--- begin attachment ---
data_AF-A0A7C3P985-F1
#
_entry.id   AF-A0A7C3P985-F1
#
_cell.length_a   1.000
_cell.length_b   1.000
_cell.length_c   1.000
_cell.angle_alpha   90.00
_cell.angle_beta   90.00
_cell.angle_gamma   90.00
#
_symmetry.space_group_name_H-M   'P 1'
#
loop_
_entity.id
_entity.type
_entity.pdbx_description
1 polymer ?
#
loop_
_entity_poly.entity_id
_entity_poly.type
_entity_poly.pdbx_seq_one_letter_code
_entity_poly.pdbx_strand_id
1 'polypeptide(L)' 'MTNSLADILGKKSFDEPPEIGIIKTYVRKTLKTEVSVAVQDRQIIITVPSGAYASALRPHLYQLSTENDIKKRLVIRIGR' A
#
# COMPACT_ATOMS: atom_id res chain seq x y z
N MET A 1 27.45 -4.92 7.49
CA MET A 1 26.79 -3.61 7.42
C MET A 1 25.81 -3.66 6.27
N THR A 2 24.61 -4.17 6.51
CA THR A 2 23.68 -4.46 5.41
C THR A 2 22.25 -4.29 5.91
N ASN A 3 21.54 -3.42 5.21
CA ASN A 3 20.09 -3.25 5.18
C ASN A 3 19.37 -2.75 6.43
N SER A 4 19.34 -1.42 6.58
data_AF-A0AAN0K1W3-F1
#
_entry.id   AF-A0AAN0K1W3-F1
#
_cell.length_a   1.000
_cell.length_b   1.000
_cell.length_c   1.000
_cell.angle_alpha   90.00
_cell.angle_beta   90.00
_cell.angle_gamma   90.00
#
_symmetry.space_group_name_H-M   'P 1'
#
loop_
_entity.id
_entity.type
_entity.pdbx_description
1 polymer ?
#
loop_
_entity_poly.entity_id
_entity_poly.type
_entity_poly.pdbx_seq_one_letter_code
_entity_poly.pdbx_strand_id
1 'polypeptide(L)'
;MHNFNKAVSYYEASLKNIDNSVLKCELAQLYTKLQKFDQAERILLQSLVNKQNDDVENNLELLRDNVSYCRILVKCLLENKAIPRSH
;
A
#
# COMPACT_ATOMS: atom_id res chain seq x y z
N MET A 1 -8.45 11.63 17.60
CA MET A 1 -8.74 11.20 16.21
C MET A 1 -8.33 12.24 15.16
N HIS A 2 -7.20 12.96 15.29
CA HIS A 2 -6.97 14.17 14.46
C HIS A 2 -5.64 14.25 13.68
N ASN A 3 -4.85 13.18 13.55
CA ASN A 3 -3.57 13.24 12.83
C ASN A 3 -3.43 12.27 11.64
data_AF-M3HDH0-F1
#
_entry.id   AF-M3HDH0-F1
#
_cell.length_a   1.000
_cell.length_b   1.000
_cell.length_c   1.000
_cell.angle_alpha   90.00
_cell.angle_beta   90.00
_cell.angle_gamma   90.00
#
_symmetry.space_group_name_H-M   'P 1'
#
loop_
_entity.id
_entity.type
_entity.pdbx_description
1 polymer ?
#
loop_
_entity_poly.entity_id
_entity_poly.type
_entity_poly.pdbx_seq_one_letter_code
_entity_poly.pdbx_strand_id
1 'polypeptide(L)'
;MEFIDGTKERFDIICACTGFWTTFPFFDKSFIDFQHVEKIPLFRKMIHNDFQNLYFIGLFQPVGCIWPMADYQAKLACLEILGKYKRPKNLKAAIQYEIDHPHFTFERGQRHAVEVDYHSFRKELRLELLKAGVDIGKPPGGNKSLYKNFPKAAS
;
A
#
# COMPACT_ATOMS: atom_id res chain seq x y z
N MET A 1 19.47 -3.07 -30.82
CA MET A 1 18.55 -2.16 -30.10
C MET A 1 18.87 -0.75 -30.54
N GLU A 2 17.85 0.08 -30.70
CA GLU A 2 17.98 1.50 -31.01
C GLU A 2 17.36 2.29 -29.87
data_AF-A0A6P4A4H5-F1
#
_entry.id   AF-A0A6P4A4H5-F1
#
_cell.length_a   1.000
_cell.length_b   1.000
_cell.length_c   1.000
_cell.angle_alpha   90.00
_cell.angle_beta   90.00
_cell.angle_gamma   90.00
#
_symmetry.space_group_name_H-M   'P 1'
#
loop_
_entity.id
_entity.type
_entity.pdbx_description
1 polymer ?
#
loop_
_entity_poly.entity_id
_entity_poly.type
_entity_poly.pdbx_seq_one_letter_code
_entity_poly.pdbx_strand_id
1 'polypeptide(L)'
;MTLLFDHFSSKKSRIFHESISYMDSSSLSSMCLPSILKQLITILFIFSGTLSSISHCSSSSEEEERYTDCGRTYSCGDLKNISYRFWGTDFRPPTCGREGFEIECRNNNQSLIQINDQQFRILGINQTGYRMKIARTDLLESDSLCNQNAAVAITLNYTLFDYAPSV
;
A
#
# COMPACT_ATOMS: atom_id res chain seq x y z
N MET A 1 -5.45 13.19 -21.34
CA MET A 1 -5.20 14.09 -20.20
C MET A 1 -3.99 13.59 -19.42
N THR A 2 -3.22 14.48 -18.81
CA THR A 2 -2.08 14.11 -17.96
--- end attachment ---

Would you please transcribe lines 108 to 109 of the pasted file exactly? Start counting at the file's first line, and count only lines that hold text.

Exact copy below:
CA MET A 1 18.55 -2.16 -30.10
C MET A 1 18.87 -0.75 -30.54